NPR ombud: Soros money bothers newsroom staffers

NPR is using a $1.8 million grant from the George Soros-funded Open Society Foundations for its Impact on Government project, which will have public radio reporters in every state keeping tabs on state issues. NPR ombudsman Alicia Shepard says "a deep current of concern has run through the newsroom" about taking money from Soros. A longtime producer tells her:

I do have problems with it precisely because he is so left wing and were he on the other side I would still have problems with it. I don't have a problem with people supporting particular causes but I do have a problem when obvious partisanship spills over into your support of those causes.

NPR staffers don't question the need for tighter scrutiny of statehouses, as planned by the Impact of Government project, but "they just privately wish the money hadn't come from Soros," writes Shepard. "A few do note that NPR takes money from lots of foundations and are not bothered." The ombud explains why she waited seven months to question the money from Soros:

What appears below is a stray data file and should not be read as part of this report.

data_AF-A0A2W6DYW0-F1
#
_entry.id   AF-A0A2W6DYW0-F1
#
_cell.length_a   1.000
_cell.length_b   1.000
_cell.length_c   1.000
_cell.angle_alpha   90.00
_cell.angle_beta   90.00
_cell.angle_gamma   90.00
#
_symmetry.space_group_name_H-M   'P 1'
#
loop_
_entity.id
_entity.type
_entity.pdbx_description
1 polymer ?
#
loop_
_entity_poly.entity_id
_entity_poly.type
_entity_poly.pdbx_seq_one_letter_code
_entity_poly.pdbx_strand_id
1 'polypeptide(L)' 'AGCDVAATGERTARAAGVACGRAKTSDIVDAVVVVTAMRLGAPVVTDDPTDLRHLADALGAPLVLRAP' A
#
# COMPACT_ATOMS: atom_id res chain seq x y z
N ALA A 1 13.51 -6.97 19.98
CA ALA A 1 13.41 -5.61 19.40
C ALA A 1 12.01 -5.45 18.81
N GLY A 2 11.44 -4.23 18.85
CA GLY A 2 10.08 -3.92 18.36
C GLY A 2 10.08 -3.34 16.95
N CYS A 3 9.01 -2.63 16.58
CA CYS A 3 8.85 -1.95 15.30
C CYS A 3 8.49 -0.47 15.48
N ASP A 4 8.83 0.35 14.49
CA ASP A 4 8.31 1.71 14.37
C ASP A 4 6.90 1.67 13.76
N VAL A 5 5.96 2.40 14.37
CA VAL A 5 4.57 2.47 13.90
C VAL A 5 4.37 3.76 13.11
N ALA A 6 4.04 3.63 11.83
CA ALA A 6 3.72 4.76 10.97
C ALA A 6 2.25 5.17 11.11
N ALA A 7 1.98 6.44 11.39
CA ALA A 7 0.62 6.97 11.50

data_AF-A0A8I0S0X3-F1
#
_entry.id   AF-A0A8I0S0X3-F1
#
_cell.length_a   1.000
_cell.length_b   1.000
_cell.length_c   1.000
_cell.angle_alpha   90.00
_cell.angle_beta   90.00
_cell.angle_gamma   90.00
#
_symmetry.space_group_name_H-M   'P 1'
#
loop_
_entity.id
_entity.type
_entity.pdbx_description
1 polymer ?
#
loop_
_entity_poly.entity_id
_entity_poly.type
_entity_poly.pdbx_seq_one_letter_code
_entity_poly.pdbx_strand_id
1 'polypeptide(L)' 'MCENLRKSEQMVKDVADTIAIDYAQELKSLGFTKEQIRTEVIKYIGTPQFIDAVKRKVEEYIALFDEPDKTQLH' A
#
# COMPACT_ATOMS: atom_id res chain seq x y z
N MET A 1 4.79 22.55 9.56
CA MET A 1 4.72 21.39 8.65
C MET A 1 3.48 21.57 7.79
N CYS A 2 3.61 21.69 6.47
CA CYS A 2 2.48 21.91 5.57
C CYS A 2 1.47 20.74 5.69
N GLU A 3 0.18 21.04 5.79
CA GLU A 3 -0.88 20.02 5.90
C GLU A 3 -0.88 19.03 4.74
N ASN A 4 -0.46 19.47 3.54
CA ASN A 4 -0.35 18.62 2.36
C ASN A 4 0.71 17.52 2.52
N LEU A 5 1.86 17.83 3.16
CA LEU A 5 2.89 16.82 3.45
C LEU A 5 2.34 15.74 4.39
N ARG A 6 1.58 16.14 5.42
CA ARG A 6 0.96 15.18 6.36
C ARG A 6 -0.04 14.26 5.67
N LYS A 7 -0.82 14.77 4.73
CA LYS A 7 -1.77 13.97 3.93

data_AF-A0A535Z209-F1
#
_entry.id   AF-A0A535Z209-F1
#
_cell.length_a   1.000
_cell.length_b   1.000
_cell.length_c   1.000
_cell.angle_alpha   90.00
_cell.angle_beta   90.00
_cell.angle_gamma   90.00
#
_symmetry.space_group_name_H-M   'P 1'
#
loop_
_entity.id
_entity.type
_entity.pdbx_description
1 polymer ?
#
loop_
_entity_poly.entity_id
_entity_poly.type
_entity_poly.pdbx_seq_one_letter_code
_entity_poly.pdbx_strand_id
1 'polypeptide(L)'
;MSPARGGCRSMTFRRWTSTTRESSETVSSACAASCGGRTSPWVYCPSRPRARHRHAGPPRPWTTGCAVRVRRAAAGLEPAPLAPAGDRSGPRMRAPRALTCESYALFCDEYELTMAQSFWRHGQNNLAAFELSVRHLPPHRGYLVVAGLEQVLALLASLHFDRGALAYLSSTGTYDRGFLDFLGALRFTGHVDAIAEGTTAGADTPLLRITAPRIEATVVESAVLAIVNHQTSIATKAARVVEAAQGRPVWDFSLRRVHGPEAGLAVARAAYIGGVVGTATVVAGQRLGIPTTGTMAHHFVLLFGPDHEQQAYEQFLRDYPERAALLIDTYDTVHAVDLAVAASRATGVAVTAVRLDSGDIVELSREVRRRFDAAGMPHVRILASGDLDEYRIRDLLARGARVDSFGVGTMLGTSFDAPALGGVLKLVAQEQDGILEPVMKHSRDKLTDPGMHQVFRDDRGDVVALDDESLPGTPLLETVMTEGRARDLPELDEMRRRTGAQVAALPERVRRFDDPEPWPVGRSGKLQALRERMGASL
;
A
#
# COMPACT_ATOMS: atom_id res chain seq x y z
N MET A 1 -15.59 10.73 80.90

Until now, I have stayed away from this topic because I wanted to see if NPR's audience and staff were concerned about the grant. What I have found is that people keep asking me about the Open Society donation. The other day, a Wall Street Journal reporter asked me about it, in a whispered, concerned "is-this-alright?" tone that I often hear.

  • Jim Romenesko

    From 1999 to 2011, Jim Romenesko maintained the Romenesko page for the Poynter Institute, a Florida-based non-profit school for journalists. Poynter hired him in August of 1999, after seeing his, a hobby site he started in May of 1999.


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